1 Antiochus, son of King Demetrius, sent a letter from the islands of the sea to Simon, the priest and ethnarch of the Jews, and to all the nation, 2 which read as follows: "King Antiochus sends greetings to Simon, the priest and ethnarch, and to the Jewish nation. 3 Whereas certain villains have gained control of the kingdom of my ancestors, I intend to reclaim it, that I may restore it to its former state. I have recruited a large number of mercenary troops and equipped warships 4 to make a landing in my country and take revenge on those who have ruined it and laid waste many cities in my realm. 5 "Now, therefore, I confirm to you all the tax exemptions that the kings before me granted you and whatever other privileges they conferred on you. 6 I authorize you to coin your own money, as legal tender in your country. 7 Jerusalem and its temple shall be free. All the weapons you have prepared and all the strongholds you have built and now occupy shall remain in your possession. 8 All debts, present or future, due to the royal treasury shall be canceled for you, now and for all time. 9 When we recover our kingdom, we will greatly honor you and your nation and the temple, so that your glory will be manifest in all the earth." 10 In the year one hundred and seventy-four Antiochus invaded the land of his ancestors, and all the troops rallied to him, so that few were left with Trypho. 11 Pursued by Antiochus, Trypho fled to Dor, by the sea, 12 realizing what a mass of troubles had come upon him now that his soldiers had deserted him. 13 Antiochus encamped before Dor with a hundred and twenty thousand infantry and eight thousand horsemen. 14 While he invested the city, his ships closed in along the coast, so that he blockaded it by land and sea and let no one go in or out. 15 Meanwhile, Numenius and his companions left Rome with letters such as this addressed to various kings and countries: 16 "Lucius, Consul of the Romans, sends greetings to King Ptolemy. 17 Certain envoys of the Jews, our friends and allies, have come to us to renew their earlier alliance of friendship. They had been sent by Simon the high priest and the Jewish people, 18 and they brought with them a gold shield worth a thousand minas. 19 Therefore we have decided to write to various kings and countries, that they are not to harm them, or wage war against them or their cities or their country, and are not to assist those who fight against them. 20 We have also decided to accept the shield from them. 21 If, then, any troublemakers from their country take refuge with you, hand them over to Simon the high priest, so that he may punish them according to their law." 22 The consul sent similar letters to Kings Demetrius, Attalus, Ariarthes and Arsaces; 23 to all the countries - Sampsames, Sparta, Delos, Myndos, Sicyon, Caria, Samos, Pamphylia, Lycia, Halicarnassus, Rhodes, Phaselis, Cos, Side, Aradus, Gortyna, Cnidus, Cyprus, and Cyrene. 24 A copy of the letter was also sent to Simon the high priest. 25 When King Antiochus was encamped before Dor, he assaulted it continuously both with troops and with the siege machines he had made. He blockaded Trypho by preventing anyone from going in or out. 26 Simon sent to Antiochus' support two thousand elite troops, together with gold and silver and much equipment. 27 But he refused to accept the aid; in fact, he broke all the agreements he had previously made with Simon and became hostile toward him. 28 He sent Athenobius, one of his Friends, to confer with Simon and say: "You are occupying Joppa and Gazara and the citadel of Jerusalem; these are cities of my kingdom. 29 You have laid waste their territories, done great harm to the land, and taken possession of many districts in my realm. 30 Therefore, give up the cities you have seized and the tribute money of the districts outside the territory of Judea of which you have taken possession; 31 or instead, pay me five hundred talents of silver for the devastation you have caused and five hundred talents more for the tribute money of the cities. If you do not do this, we will come and make war on you." 32 So Athenobius, the king's Friend, came to Jerusalem and on seeing the splendor of Simon's court, the gold and silver plate on the sideboard, and the rest of his rich display, he was amazed. When he gave him the king's message, 33 Simon said to him in reply: "We have not seized any foreign land; what we took is not the property of others, but our ancestral heritage which for a time had been unjustly held by our enemies. 34 Now that we have the opportunity, we are holding on to the heritage of our ancestors. 35 As for Joppa and Gazara, which you demand, the men of these cities were doing great harm to our people and laying waste our country; however, we are willing to pay you a hundred talents for these cities." 36 Athenobius made no reply, but returned to the king in anger. When he told him of Simon's words, of his splendor, and of all he had seen, the king fell into a violent rage. 37 Trypho had gotten aboard a ship and escaped to Orthosia. 38 Then the king appointed Cendebeus commander-in-chief of the seacoast, and gave him infantry and cavalry forces. 39 He ordered him to move his troops against Judea and to fortify Kedron and strengthen its gates, so that he could launch attacks against the Jewish people. Meanwhile the king went in pursuit of Trypho. 40 When Cendebeus came to Jamnia, he began to harass the people and to make incursions into Judea, where he took people captive or massacred them. 41 As the king ordered, he fortified Kedron and stationed horsemen and infantry there, so that they could go out and patrol the roads of Judea.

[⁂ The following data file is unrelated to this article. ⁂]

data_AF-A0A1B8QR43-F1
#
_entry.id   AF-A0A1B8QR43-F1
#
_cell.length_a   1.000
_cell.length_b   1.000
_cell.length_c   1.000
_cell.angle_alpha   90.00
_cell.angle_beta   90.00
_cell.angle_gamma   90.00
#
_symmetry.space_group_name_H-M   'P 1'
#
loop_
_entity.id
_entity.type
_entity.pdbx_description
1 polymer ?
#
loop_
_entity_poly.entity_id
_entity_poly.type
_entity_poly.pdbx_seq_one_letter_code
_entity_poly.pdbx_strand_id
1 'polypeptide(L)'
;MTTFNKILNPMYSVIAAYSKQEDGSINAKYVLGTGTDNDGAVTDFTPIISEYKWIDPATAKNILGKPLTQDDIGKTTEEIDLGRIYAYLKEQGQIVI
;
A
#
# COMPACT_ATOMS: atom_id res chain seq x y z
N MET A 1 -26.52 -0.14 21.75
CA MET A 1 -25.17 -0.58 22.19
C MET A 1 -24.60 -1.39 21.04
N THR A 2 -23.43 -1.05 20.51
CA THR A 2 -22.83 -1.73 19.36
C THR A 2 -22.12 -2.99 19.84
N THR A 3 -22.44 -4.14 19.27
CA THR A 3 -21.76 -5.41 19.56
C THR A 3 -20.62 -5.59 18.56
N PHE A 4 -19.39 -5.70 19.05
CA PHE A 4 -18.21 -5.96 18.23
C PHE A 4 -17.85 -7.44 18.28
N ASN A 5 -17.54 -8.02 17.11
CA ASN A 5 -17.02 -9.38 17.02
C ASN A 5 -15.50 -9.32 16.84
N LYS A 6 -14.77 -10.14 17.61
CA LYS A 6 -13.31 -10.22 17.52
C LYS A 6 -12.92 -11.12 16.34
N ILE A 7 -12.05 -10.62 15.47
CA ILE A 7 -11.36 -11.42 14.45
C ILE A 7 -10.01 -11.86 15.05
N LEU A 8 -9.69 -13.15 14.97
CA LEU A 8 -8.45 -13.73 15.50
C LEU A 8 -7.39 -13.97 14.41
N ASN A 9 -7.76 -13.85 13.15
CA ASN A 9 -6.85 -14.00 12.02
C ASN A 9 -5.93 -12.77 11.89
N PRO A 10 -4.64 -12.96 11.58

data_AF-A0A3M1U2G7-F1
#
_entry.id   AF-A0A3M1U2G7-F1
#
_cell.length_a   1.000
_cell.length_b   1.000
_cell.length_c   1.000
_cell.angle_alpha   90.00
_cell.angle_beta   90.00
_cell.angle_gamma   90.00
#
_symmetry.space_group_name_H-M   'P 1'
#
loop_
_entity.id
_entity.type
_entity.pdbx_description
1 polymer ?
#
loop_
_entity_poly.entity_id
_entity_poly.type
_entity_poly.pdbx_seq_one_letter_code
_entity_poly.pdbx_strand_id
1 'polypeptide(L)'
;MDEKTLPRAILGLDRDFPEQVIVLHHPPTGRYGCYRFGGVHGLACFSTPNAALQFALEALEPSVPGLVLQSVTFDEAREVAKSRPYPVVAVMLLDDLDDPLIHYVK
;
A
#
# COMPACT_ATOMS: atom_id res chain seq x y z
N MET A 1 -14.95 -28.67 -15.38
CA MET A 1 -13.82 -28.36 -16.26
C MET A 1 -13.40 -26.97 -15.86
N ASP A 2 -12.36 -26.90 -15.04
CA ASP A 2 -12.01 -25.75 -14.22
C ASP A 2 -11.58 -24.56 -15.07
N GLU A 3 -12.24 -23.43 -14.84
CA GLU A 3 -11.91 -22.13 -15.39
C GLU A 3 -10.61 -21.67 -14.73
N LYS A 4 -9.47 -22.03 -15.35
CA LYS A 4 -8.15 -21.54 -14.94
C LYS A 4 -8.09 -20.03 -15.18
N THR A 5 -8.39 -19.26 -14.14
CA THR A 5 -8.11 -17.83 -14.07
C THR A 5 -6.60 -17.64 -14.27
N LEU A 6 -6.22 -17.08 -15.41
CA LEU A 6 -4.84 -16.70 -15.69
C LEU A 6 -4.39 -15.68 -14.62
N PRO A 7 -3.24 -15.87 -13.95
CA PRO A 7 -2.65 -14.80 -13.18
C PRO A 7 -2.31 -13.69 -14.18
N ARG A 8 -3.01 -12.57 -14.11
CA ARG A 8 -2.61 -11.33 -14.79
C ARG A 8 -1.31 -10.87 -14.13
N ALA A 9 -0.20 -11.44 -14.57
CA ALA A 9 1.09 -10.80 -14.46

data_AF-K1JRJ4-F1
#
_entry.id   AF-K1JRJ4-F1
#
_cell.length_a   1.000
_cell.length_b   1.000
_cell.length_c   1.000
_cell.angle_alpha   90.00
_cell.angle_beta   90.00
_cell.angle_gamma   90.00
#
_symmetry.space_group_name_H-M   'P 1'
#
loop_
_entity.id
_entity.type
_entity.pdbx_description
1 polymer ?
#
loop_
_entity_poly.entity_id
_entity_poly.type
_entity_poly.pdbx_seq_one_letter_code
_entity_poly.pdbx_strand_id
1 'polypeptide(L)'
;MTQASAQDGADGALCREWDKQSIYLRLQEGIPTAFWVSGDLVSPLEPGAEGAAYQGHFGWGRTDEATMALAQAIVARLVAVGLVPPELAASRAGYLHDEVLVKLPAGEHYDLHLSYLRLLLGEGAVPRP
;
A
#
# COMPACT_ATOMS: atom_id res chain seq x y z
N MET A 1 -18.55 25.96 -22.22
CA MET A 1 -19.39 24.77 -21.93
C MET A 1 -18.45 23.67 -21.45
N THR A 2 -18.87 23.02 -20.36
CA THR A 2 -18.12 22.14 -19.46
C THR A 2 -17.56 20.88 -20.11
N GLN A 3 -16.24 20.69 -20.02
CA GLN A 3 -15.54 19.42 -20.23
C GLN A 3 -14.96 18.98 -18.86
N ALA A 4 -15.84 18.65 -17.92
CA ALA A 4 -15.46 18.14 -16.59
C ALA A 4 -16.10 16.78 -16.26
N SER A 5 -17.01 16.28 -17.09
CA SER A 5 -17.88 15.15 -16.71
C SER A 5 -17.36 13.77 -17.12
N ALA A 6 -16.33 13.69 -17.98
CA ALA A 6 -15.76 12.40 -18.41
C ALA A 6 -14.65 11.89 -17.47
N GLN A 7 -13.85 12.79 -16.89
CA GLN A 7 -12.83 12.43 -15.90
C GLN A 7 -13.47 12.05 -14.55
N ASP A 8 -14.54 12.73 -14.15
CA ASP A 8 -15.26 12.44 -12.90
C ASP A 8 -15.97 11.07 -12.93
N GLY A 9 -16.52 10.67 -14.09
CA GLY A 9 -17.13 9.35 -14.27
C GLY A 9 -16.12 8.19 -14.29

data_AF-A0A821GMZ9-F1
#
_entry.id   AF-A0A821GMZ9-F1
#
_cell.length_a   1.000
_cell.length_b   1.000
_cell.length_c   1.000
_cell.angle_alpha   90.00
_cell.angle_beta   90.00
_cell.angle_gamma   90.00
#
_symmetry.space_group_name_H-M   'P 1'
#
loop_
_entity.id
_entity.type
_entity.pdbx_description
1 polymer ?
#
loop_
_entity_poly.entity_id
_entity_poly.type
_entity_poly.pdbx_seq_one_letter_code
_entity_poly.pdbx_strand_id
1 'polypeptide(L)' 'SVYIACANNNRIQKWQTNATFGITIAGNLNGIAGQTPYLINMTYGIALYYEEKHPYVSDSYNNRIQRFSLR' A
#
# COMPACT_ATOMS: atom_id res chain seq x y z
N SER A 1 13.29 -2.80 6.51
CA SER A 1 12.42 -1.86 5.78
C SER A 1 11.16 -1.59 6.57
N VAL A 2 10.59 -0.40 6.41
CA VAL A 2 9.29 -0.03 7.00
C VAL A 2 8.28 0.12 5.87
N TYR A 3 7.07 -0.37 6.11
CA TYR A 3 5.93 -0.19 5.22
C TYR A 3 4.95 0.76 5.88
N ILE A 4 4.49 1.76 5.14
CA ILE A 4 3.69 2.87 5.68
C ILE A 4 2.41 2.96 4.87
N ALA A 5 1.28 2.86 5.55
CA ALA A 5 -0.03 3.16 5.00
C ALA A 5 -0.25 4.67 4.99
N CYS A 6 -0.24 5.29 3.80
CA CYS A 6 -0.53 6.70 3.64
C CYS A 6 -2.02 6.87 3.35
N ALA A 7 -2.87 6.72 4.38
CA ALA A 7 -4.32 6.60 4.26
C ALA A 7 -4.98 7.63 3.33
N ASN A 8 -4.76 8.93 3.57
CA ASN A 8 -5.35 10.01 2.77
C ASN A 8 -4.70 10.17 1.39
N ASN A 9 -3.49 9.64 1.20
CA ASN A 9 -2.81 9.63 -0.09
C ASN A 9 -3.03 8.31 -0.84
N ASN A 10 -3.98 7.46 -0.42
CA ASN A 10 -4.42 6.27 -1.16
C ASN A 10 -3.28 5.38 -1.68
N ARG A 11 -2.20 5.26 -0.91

1 John then went up from Gazara and told his father Simon what Cendebeus was doing. 2 Simon called his two oldest sons, Judas and John, and said to them: "I and my brothers and my father's house have fought the battles of Israel from our youth until today, and many times we succeeded in saving Israel. 3 I have now grown old, but you, by the mercy of Heaven, have come to man's estate. Take my place and my brother's, and go out and fight for our nation; and may the help of Heaven be with you!" 4 John then mustered in the land twenty thousand warriors and horsemen. Setting out against Cendebeus, they spent the night at Modein, 5 rose early, and marched into the plain. There, facing them, was an immense army of foot soldiers and horsemen, and between the two armies was a stream. 6 John and his men took their position against the enemy. Seeing that his men were afraid to cross the stream, John crossed first. When his men saw this, they crossed over after him. 7 Then he divided his infantry into two corps and put his cavalry between them, for the enemy's horsemen were very numerous. 8 They blew the trumpets, and Cendebeus and his army were put to flight; many of them fell wounded, and the rest fled toward the stronghold. 9 It was then that John's brother Judas fell wounded; but John pursued them until Cendebeus reached Kedron, which he had fortified. 10 Some took refuge in the towers on the plain of Azotus, but John set fire to these, and about two thousand of the enemy perished. He then returned to Judea in peace. 11 Ptolemy, son of Abubus, had been appointed governor of the plain of Jericho, and he had much silver and gold, 12 being the son-in-law of the high priest. 13 But he became ambitious and sought to get control of the country. So he made treacherous plans to do away with Simon and his sons. 14 As Simon was inspecting the cities of the country and providing for their needs, he and his sons Mattathias and Judas went down to Jericho in the year one hundred and seventy-seven, in the eleventh month (that is, the month Shebat). 15 The son of Abubus gave them a deceitful welcome in the little stronghold called Dok which he had built. While serving them a sumptuous banquet, he had his men hidden there. 16 Then, when Simon and his sons had drunk freely, Ptolemy and his men sprang up, weapons in hand, rushed upon Simon in the banquet hall, and killed him, his two sons, and some of his servants. 17 By this vicious act of treason he repaid good with evil. 18 Then Ptolemy wrote an account of this and sent it to the king, asking that troops be sent to help him and that the country be turned over to him. 19 He sent other men to Gazara to do away with John. To the army officers he sent letters inviting them to come to him so that he might present them with silver, gold, and gifts. 20 He also sent others to seize Jerusalem and the mount of the temple. 21 But someone ran ahead and brought word to John at Gazara that his father and his brothers had perished, and that Ptolemy had sent men to kill him also. 22 On hearing this, John was utterly astounded. When the men came to kill him, he had them arrested and put to death, for he knew what they meant to do. 23 Now the rest of the history of John, his wars and the brave deeds he performed, his rebuilding of the walls, and his other achievements - 24 these things are recorded in the chronicle of his pontificate, from the time that he succeeded his father as high priest.
New American Bible © Libreria Editrice Vaticana.